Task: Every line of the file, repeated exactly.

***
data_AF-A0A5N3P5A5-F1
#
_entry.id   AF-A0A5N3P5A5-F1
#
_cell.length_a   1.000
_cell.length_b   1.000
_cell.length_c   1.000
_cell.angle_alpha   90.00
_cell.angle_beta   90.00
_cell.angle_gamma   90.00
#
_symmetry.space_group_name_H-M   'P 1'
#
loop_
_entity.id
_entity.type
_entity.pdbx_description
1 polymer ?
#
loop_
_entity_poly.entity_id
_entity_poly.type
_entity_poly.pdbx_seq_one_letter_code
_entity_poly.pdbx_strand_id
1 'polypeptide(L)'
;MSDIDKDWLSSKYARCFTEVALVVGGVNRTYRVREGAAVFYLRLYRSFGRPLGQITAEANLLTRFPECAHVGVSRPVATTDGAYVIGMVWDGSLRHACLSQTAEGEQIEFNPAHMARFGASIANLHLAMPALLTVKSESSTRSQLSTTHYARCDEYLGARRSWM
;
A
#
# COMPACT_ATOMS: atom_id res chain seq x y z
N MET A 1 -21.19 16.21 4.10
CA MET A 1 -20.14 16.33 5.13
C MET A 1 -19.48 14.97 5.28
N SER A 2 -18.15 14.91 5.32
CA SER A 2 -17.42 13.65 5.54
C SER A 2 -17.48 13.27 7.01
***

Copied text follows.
data_AF-A0A5N3P5A5-F1
#
_entry.id   AF-A0A5N3P5A5-F1
#
_cell.length_a   1.000
_cell.length_b   1.000
_cell.length_c   1.000
_cell.angle_alpha   90.00
_cell.angle_beta   90.00
_cell.angle_gamma   90.00
#
_symmetry.space_group_name_H-M   'P 1'
#
loop_
_entity.id
_entity.type
_entity.pdbx_description
1 polymer ?
#
loop_
_entity_poly.entity_id
_entity_poly.type
_entity_poly.pdbx_seq_one_letter_code
_entity_poly.pdbx_strand_id
1 'polypeptide(L)'
;MSDIDKDWLSSKYARCFTEVALVVGGVNRTYRVREGAAVFYLRLYRSFGRPLGQITAEANLLTRFPECAHVGVSRPVATTDGAYVIGMVWDGSLRHACLSQTAEGEQIEFNPAHMARFGASIANLHLAMPALLTVKSESSTRSQLSTTHYARCDEYLGARRSWM
;
A
#
# COMPACT_ATOMS: atom_id res chain seq x y z
N MET A 1 -21.19 16.21 4.10
CA MET A 1 -20.14 16.33 5.13
C MET A 1 -19.48 14.97 5.28
N SER A 2 -18.15 14.91 5.32
CA SER A 2 -17.42 13.65 5.54
C SER A 2 -17.48 13.27 7.01